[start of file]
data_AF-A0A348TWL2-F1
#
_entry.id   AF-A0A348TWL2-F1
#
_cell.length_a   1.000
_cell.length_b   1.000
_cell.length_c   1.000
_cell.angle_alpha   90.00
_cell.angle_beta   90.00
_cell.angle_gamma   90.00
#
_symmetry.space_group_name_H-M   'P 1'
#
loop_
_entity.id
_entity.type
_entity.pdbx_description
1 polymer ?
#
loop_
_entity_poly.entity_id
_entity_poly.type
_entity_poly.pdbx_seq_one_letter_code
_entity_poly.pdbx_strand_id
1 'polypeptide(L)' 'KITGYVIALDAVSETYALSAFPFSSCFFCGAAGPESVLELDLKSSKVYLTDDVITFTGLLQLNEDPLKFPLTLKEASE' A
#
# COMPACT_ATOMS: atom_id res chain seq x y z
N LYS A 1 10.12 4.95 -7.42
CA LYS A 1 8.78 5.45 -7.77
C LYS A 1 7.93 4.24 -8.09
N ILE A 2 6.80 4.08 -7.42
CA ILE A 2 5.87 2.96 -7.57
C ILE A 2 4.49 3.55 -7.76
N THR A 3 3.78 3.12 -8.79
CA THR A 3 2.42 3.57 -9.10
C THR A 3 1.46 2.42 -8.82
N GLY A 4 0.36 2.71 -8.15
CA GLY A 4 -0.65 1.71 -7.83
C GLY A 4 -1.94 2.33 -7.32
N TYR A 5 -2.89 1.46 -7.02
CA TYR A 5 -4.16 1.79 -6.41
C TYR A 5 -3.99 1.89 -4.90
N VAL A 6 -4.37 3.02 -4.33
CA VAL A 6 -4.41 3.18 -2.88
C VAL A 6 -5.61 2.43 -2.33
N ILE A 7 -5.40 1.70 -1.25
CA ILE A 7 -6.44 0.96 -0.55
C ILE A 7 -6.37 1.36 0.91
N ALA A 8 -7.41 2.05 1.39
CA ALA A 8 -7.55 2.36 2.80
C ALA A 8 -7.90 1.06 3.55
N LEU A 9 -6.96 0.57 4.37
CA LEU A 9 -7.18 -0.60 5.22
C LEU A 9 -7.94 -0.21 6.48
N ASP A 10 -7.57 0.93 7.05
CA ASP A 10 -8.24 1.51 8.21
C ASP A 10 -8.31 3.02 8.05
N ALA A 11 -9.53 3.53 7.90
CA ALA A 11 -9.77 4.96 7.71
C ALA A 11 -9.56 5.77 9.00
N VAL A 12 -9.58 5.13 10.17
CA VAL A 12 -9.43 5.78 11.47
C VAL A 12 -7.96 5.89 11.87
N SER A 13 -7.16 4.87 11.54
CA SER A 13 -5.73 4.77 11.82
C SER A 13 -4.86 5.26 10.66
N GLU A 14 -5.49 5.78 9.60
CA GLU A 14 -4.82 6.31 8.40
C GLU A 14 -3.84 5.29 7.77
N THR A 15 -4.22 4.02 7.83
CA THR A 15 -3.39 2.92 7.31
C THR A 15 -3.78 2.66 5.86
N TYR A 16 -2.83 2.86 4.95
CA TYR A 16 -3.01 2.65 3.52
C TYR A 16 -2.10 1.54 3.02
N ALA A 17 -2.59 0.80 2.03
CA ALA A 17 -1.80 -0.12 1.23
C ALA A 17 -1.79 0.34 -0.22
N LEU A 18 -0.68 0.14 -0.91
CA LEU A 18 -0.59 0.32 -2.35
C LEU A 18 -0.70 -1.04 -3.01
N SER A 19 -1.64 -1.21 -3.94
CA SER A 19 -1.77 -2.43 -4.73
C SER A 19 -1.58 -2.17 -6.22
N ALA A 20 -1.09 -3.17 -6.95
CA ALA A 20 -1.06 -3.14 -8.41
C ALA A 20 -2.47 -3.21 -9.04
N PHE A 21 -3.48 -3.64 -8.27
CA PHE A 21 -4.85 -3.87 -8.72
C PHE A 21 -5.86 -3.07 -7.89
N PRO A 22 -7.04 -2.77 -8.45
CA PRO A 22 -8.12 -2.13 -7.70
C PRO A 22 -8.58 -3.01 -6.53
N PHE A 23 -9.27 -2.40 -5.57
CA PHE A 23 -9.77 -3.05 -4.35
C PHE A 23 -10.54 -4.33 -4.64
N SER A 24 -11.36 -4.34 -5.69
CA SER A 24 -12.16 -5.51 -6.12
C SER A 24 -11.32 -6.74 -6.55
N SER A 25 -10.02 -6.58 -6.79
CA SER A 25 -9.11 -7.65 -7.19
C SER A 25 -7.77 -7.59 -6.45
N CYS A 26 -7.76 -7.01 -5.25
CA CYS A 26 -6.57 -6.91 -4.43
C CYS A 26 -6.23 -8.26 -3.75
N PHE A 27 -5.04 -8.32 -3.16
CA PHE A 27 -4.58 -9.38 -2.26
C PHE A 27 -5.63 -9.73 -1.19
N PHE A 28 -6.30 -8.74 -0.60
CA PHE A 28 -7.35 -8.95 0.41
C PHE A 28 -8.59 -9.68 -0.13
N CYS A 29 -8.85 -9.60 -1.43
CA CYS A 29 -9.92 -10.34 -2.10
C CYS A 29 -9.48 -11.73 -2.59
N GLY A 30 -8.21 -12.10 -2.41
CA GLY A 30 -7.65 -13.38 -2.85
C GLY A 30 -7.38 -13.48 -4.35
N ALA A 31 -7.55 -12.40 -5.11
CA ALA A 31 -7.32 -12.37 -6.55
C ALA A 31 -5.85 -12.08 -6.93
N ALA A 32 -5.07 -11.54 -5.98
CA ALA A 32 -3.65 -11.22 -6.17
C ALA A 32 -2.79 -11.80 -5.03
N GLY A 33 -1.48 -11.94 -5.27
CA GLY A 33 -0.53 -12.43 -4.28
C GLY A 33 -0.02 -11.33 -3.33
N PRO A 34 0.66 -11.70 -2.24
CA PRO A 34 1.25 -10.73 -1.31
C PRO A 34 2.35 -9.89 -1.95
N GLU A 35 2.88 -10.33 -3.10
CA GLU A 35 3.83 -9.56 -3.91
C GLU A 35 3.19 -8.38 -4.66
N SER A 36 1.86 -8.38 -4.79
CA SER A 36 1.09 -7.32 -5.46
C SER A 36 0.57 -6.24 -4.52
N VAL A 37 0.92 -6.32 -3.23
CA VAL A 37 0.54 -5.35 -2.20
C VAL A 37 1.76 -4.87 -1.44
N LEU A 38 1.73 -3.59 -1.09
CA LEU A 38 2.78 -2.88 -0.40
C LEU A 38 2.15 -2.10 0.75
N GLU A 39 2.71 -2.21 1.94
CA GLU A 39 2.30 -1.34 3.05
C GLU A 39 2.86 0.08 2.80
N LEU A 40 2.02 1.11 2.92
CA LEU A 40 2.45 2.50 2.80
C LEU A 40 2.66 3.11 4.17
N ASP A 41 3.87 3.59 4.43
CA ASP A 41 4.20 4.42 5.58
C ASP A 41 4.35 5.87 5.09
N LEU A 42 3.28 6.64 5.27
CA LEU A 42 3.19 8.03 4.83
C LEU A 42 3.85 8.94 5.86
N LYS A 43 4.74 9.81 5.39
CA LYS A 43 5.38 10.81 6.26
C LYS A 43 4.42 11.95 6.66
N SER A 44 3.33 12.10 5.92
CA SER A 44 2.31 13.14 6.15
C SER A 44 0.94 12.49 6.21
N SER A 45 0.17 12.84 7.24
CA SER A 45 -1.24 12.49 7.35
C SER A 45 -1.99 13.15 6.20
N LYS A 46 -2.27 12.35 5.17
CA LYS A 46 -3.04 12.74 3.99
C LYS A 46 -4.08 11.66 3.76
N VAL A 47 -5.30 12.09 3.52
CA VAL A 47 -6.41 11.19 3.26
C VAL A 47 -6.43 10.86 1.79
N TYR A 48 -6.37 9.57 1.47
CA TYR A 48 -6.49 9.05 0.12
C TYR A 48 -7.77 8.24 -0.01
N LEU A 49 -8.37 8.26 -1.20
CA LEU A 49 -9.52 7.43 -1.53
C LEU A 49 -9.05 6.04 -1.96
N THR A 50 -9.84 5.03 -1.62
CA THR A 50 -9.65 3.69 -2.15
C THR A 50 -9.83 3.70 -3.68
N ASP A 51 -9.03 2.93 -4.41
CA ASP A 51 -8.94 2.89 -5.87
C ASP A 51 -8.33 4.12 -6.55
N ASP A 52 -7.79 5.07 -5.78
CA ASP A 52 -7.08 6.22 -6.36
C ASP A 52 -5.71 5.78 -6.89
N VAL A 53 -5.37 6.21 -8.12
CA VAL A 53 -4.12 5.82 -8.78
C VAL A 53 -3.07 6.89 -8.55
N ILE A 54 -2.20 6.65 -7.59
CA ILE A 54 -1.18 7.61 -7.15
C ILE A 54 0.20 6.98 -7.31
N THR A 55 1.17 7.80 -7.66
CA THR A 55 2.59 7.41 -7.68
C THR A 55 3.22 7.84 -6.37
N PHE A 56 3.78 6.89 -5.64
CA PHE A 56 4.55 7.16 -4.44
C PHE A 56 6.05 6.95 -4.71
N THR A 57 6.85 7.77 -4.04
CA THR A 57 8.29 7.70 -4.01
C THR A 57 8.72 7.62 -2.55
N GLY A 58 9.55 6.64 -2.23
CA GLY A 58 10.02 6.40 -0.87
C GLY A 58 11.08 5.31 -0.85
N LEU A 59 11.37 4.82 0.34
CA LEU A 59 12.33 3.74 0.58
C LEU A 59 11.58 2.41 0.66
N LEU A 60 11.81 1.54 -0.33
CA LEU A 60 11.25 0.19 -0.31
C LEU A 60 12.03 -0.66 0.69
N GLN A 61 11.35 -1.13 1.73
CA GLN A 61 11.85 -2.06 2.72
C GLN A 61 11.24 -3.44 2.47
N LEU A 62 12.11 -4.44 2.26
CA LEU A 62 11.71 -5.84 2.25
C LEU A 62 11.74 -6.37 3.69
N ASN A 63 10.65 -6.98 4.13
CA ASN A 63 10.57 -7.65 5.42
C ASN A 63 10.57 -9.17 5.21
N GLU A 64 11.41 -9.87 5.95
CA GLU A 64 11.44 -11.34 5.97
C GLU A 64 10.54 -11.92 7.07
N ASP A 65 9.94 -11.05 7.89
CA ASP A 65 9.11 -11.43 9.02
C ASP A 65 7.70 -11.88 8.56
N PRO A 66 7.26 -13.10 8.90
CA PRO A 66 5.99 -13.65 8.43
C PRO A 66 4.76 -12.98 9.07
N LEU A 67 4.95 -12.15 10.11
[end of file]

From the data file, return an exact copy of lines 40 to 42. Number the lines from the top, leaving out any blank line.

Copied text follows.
N TYR A 5 -2.89 1.46 -7.02
CA TYR A 5 -4.16 1.79 -6.41
C TYR A 5 -3.99 1.89 -4.90